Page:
Attention SAS administrators! When running SAS batch jobs on schedule (or manually), they usually produce date-stamped SAS logs which are essential for automated system maintenance and troubleshooting. Similar log files have been created by various SAS infrastructure services (Metadata server, Mid-tier servers, etc.) However, as time goes on, the relevance of such logs diminishes while clutter stockpiles. In some cases, this may even lead to disk space problems.I also recommend: SAS administrators tip: Keeping track of SAS users
There are multiple ways to solve this problem, either by deleting older log files or by stashing them away for auditing purposes (zipping and archiving). One solution would be using Unix/Linux or Windows scripts run on schedule. The other is much "SAS-sier."
Let SAS clean up its "mess"
We are going to write a SAS code that you can run manually or on schedule, which for a specified directory (folder) deletes all .log files that are older than 30 days.
First, we need to capture the contents of that directory, then select those file names with extension .log, and finally, subset that file selection to a sub-list where Date Modified is less than Today's Date minus 30 days.
Perhaps the easiest way to get the contents of a directory is by using the X statement (submitting DOS’ DIR command from within SAS with a pipe (>) option, e.g.
x 'dir > dirlist.txt';
or using pipe option in the filename statement:
filename DIRLIST pipe 'dir "C:\Documents and Settings"';
However, SAS administrators know that in many organizations, due to cyber-security concerns IT department policies do not allow enabling the X statement by setting SAS XCMD system option to NOXCMD (XCMD system option for Unix). This is usually done system-wide for the whole SAS Enterprise client-server installation via SAS configuration. In this case, no operating system command can be executed from within SAS. Try running any X statement in your environment; if it is disabled you will get the following ERROR in the SAS log:
ERROR: Shell escape is not valid in this SAS session.
To avoid that potential roadblock, we’ll use a different technique of capturing the contents of a directory along with file date stamps. This coding technique described below does not rely on the XCMD system option and therefore is preferable.
Macro to delete old log files in a directory/folder
The following SAS macro cleans up a Unix directory or a Windows folder removing old .log files. I must admit that this statement is a little misleading. The macro is much more powerful. Not only it can delete old .log files, it can remove ANY file types specified by their extension.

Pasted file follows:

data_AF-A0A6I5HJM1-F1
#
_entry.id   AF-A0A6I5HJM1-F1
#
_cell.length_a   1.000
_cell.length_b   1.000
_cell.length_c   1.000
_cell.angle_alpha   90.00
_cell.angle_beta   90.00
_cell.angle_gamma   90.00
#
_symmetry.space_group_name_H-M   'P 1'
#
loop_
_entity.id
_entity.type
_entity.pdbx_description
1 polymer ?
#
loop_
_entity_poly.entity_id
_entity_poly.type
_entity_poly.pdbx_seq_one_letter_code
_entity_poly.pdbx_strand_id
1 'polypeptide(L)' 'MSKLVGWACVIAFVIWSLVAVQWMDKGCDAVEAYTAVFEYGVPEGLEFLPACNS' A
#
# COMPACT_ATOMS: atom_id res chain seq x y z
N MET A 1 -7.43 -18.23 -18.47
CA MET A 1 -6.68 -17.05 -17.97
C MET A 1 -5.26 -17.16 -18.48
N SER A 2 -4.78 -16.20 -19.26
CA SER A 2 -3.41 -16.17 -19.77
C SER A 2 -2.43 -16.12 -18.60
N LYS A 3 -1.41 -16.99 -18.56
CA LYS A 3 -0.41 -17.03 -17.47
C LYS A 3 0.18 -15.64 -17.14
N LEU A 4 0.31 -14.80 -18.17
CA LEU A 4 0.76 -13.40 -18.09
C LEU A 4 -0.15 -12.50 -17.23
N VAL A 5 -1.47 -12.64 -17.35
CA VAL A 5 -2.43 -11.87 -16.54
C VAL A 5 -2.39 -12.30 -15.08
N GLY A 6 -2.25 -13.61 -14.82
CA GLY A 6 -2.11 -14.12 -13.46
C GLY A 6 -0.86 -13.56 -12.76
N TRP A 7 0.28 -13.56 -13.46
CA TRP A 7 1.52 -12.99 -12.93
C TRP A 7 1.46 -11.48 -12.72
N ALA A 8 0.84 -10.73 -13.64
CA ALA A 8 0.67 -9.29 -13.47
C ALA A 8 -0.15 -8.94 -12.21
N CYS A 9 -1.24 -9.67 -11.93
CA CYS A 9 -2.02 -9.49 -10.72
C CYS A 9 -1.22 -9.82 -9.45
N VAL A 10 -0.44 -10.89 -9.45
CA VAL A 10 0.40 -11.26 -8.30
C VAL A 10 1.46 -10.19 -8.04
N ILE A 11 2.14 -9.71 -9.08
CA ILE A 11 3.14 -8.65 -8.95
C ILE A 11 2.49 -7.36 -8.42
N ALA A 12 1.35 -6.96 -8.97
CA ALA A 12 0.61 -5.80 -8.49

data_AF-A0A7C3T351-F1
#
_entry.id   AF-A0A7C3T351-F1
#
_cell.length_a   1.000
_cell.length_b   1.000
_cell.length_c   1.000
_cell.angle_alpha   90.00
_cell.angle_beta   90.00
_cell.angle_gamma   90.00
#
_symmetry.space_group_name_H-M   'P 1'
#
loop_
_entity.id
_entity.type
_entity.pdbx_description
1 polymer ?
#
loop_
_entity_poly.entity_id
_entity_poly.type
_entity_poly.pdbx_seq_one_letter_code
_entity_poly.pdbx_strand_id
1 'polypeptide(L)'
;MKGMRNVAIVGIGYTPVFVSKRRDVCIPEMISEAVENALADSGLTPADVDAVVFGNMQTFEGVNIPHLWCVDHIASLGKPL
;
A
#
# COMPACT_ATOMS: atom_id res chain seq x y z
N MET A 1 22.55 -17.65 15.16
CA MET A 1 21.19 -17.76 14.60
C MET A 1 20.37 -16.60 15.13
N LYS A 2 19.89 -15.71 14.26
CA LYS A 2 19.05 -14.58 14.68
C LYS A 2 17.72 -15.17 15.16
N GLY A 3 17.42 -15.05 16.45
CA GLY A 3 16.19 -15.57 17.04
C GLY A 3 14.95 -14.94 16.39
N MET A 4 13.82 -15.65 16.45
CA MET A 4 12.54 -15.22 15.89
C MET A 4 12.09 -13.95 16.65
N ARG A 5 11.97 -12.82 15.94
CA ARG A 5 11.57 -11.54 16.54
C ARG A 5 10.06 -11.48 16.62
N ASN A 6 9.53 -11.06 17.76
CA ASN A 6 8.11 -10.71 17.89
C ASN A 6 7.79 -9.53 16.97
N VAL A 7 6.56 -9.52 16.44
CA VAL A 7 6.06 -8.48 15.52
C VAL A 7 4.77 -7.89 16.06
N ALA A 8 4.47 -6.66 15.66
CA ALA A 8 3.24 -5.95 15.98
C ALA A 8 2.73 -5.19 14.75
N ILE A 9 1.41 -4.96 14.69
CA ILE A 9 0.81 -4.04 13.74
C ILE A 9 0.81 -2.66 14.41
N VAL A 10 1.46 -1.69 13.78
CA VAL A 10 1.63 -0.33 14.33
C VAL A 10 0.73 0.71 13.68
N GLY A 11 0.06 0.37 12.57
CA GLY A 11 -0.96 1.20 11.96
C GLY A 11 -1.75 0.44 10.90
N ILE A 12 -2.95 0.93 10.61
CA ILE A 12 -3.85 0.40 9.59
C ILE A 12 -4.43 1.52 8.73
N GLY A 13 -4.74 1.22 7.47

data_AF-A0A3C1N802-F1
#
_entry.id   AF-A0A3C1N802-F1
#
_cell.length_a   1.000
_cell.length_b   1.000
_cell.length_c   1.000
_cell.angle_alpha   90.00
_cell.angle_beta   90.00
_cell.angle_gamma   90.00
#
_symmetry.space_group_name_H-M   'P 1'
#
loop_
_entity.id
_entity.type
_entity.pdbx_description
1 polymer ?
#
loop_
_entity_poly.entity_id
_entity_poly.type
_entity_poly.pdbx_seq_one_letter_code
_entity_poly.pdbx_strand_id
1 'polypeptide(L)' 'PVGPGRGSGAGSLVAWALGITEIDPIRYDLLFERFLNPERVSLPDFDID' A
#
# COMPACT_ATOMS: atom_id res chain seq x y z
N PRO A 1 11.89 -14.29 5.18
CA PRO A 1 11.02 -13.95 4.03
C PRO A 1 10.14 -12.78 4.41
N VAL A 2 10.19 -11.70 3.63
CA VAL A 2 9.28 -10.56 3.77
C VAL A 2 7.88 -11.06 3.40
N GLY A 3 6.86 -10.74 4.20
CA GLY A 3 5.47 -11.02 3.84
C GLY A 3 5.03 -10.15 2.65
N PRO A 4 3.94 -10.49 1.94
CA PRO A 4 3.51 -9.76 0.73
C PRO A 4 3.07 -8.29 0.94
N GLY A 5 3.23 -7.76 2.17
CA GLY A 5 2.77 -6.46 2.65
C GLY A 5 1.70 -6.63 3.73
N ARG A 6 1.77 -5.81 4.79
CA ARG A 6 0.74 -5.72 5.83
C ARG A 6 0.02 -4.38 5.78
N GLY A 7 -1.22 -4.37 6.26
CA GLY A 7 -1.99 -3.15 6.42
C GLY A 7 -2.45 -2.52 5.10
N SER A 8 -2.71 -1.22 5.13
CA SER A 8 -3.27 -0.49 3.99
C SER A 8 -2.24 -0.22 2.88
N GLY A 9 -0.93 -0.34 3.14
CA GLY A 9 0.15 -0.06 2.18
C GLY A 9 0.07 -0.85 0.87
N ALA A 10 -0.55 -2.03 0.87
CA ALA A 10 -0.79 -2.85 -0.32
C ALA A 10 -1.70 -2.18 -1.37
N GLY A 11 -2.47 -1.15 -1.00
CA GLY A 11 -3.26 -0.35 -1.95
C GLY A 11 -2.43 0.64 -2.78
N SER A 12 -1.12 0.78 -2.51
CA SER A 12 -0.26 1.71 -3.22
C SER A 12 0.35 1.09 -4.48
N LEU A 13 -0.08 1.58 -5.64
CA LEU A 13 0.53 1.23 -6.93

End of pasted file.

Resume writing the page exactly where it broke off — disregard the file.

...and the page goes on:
%macro mr_clean(dirpath=,dayskeep=30,ext=.log); data _null_; length memname $256; deldate = today() - &dayskeep; rc = filename('indir',"&dirpath"); did = dopen('indir'); if did then do i=1 to dnum(did); memname = dread(did,i); if reverse(trim(memname)) ^=: reverse("&ext") then continue; rc = filename('inmem',"&dirpath/"!!memname); fid = fopen('inmem'); if fid then do; moddate = input(finfo(fid,'Last Modified'),date9.); /* see WARNING below */ rc = fclose(fid); if . < moddate <= deldate then rc = fdelete('inmem'); end; end; rc = dclose(did); rc = filename('inmem'); rc = filename('indir'); run; %mend mr_clean;
This macro has 3 parameters:
- dirpath - directory path (required);
- dayskeep - days to keep (optional, default 30);
- ext - file extension (optional, default .log).
This macro works in both Windows and Linux/Unix environments. Please note that dirpath and ext parameter values are case-sensitive.
WARNING: In most cases, finfo(fid,'Last Modified') returns a date/time string in the DDMMMYYYY:HH:MM:SS format as described in the Usage Note 40934. In these cases applying DATE9 informat produces valid SAS date. In some other cases using ANYDTDTM informat may be appropriate. However, as reported by reader Rajeev Meena there are OS installations that return date/time strings in some odd formats, such as "Mon Jun 21 11:11:00 2018". I am not aware of any SAS informat that can directly convert such a string into SAS date. In such cases, some string parsing might be in order to get a convertible string (see Rajeev's suggested solution in his comment below). I suggest checking your operating system for returned date/time string format by running the following code:
data _null_; rc = filename('infile','full_path_name_of_any_existing_file'); fid = fopen('infile'); s = finfo(fid,'Last Modified'); rc = fclose(fid); put s=; run;
By looking at the s value in the SAS log you can decide what informat to use, DATE9, ANYDTDTM or you need to rearrange your date/time string before converting it to a SAS date.
Here are examples of the macro invocation:
1. Using defaults
%let dir_to_clean = C:\PROJECTS\Automatically deleting old SAS logs\Logs; %mr_clean(dirpath=&dir_to_clean)